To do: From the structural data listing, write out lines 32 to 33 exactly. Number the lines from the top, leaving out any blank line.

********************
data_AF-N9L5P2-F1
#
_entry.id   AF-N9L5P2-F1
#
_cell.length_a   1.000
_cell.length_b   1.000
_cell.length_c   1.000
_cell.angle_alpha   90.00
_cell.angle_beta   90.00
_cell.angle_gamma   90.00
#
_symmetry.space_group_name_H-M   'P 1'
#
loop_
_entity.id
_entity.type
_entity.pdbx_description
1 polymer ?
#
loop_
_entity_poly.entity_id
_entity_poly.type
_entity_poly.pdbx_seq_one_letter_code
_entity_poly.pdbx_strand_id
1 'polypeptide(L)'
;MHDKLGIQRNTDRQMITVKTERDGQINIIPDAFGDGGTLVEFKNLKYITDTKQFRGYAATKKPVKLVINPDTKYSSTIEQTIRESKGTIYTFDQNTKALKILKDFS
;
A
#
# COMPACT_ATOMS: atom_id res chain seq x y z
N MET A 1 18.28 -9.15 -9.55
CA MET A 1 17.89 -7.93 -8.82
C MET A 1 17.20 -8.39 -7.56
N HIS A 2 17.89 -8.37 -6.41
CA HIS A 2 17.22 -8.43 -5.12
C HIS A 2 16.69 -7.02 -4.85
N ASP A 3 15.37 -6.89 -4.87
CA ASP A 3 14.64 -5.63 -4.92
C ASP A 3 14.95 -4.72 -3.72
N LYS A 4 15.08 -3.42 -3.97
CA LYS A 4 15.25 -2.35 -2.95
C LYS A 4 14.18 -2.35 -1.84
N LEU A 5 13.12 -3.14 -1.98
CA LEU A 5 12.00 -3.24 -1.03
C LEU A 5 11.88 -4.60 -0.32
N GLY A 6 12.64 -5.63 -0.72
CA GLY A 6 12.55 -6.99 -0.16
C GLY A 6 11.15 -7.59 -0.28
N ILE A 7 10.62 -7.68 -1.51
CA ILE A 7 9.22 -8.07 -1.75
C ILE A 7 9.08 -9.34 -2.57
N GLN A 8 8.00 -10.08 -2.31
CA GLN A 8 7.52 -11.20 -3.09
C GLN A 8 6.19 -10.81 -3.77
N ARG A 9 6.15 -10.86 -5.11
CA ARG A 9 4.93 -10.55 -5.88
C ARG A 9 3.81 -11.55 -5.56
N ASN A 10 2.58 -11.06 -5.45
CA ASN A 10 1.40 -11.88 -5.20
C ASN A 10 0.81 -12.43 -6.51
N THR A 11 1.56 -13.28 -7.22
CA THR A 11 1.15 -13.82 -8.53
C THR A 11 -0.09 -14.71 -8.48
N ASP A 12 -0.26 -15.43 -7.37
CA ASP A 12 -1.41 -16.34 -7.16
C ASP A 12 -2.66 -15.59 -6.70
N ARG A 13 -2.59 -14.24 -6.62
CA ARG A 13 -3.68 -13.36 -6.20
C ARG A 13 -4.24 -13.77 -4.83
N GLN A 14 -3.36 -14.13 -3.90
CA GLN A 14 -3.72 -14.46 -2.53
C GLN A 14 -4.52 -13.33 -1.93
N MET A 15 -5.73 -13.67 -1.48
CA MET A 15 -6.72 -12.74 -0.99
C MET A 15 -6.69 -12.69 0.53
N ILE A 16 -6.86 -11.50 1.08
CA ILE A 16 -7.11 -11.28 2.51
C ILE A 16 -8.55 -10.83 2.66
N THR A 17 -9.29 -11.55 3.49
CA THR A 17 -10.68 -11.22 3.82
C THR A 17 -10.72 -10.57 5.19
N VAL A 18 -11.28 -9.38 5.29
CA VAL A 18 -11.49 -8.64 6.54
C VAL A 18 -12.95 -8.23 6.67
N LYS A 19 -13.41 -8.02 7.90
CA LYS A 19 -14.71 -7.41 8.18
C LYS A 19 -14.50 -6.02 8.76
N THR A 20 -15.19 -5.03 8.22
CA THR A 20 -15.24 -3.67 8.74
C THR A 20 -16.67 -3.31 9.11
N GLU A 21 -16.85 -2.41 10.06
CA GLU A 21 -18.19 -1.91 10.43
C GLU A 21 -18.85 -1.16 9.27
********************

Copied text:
CA MET A 1 17.89 -7.93 -8.82
C MET A 1 17.20 -8.39 -7.56